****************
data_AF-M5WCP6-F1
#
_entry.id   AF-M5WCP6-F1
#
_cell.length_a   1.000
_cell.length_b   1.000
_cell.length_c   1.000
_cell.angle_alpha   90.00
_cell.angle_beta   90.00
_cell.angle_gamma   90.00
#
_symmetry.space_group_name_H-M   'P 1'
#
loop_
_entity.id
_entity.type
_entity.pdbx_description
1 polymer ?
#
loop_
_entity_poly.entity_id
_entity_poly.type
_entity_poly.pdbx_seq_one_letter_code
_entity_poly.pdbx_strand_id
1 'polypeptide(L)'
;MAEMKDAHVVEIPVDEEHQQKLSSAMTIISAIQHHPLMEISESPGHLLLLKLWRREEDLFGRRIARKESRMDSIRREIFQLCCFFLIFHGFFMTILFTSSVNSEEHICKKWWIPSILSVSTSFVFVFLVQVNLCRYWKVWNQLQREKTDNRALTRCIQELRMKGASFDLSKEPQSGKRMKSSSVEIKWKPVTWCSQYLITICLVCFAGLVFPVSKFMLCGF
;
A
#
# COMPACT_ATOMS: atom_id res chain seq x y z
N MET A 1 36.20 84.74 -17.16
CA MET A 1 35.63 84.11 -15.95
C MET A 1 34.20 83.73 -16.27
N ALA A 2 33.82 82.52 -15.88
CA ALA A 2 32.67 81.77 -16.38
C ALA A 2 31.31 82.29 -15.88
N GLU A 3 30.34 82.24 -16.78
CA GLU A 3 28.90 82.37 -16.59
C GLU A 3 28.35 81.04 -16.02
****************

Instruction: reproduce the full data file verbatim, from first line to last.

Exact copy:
data_AF-M5WCP6-F1
#
_entry.id   AF-M5WCP6-F1
#
_cell.length_a   1.000
_cell.length_b   1.000
_cell.length_c   1.000
_cell.angle_alpha   90.00
_cell.angle_beta   90.00
_cell.angle_gamma   90.00
#
_symmetry.space_group_name_H-M   'P 1'
#
loop_
_entity.id
_entity.type
_entity.pdbx_description
1 polymer ?
#
loop_
_entity_poly.entity_id
_entity_poly.type
_entity_poly.pdbx_seq_one_letter_code
_entity_poly.pdbx_strand_id
1 'polypeptide(L)'
;MAEMKDAHVVEIPVDEEHQQKLSSAMTIISAIQHHPLMEISESPGHLLLLKLWRREEDLFGRRIARKESRMDSIRREIFQLCCFFLIFHGFFMTILFTSSVNSEEHICKKWWIPSILSVSTSFVFVFLVQVNLCRYWKVWNQLQREKTDNRALTRCIQELRMKGASFDLSKEPQSGKRMKSSSVEIKWKPVTWCSQYLITICLVCFAGLVFPVSKFMLCGF
;
A
#
# COMPACT_ATOMS: atom_id res chain seq x y z
N MET A 1 36.20 84.74 -17.16
CA MET A 1 35.63 84.11 -15.95
C MET A 1 34.20 83.73 -16.27
N ALA A 2 33.82 82.52 -15.88
CA ALA A 2 32.67 81.77 -16.38
C ALA A 2 31.31 82.29 -15.88
N GLU A 3 30.34 82.24 -16.78
CA GLU A 3 28.90 82.37 -16.59
C GLU A 3 28.35 81.04 -16.02